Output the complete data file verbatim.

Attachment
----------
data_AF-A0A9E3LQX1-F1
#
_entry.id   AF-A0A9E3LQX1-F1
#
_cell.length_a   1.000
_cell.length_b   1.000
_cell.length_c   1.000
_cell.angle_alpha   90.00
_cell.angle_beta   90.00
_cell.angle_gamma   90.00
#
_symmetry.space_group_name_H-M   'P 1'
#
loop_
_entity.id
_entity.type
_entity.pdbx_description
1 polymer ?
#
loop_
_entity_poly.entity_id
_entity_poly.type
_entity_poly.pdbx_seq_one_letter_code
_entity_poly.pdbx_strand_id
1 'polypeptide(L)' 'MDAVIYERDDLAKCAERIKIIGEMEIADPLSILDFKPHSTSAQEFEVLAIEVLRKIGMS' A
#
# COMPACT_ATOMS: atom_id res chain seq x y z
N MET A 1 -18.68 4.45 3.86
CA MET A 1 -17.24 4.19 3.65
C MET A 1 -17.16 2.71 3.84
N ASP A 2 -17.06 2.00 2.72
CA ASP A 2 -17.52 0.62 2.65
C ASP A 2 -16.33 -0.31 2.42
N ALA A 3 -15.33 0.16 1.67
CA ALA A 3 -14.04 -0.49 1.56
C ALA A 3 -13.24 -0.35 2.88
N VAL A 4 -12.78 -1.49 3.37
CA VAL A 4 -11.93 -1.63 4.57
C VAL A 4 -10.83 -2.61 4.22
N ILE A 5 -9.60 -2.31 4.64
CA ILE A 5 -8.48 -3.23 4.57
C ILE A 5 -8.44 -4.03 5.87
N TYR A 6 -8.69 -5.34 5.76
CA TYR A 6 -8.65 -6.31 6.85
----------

data_AF-A0A9E3LQX1-F1
#
_entry.id   AF-A0A9E3LQX1-F1
#
_cell.length_a   1.000
_cell.length_b   1.000
_cell.length_c   1.000
_cell.angle_alpha   90.00
_cell.angle_beta   90.00
_cell.angle_gamma   90.00
#
_symmetry.space_group_name_H-M   'P 1'
#
loop_
_entity.id
_entity.type
_entity.pdbx_description
1 polymer ?
#
loop_
_entity_poly.entity_id
_entity_poly.type
_entity_poly.pdbx_seq_one_letter_code
_entity_poly.pdbx_strand_id
1 'polypeptide(L)' 'MDAVIYERDDLAKCAERIKIIGEMEIADPLSILDFKPHSTSAQEFEVLAIEVLRKIGMS' A
#
# COMPACT_ATOMS: atom_id res chain seq x y z
N MET A 1 -18.68 4.45 3.86
CA MET A 1 -17.24 4.19 3.65
C MET A 1 -17.16 2.71 3.84
N ASP A 2 -17.06 2.00 2.72
CA ASP A 2 -17.52 0.62 2.65
C ASP A 2 -16.33 -0.31 2.42
N ALA A 3 -15.33 0.16 1.67
CA ALA A 3 -14.04 -0.49 1.56
C ALA A 3 -13.24 -0.35 2.88
N VAL A 4 -12.78 -1.49 3.37
CA VAL A 4 -11.93 -1.63 4.57
C VAL A 4 -10.83 -2.61 4.22
N ILE A 5 -9.60 -2.31 4.64
CA ILE A 5 -8.48 -3.23 4.57
C ILE A 5 -8.44 -4.03 5.87
N TYR A 6 -8.69 -5.34 5.76
CA TYR A 6 -8.65 -6.31 6.85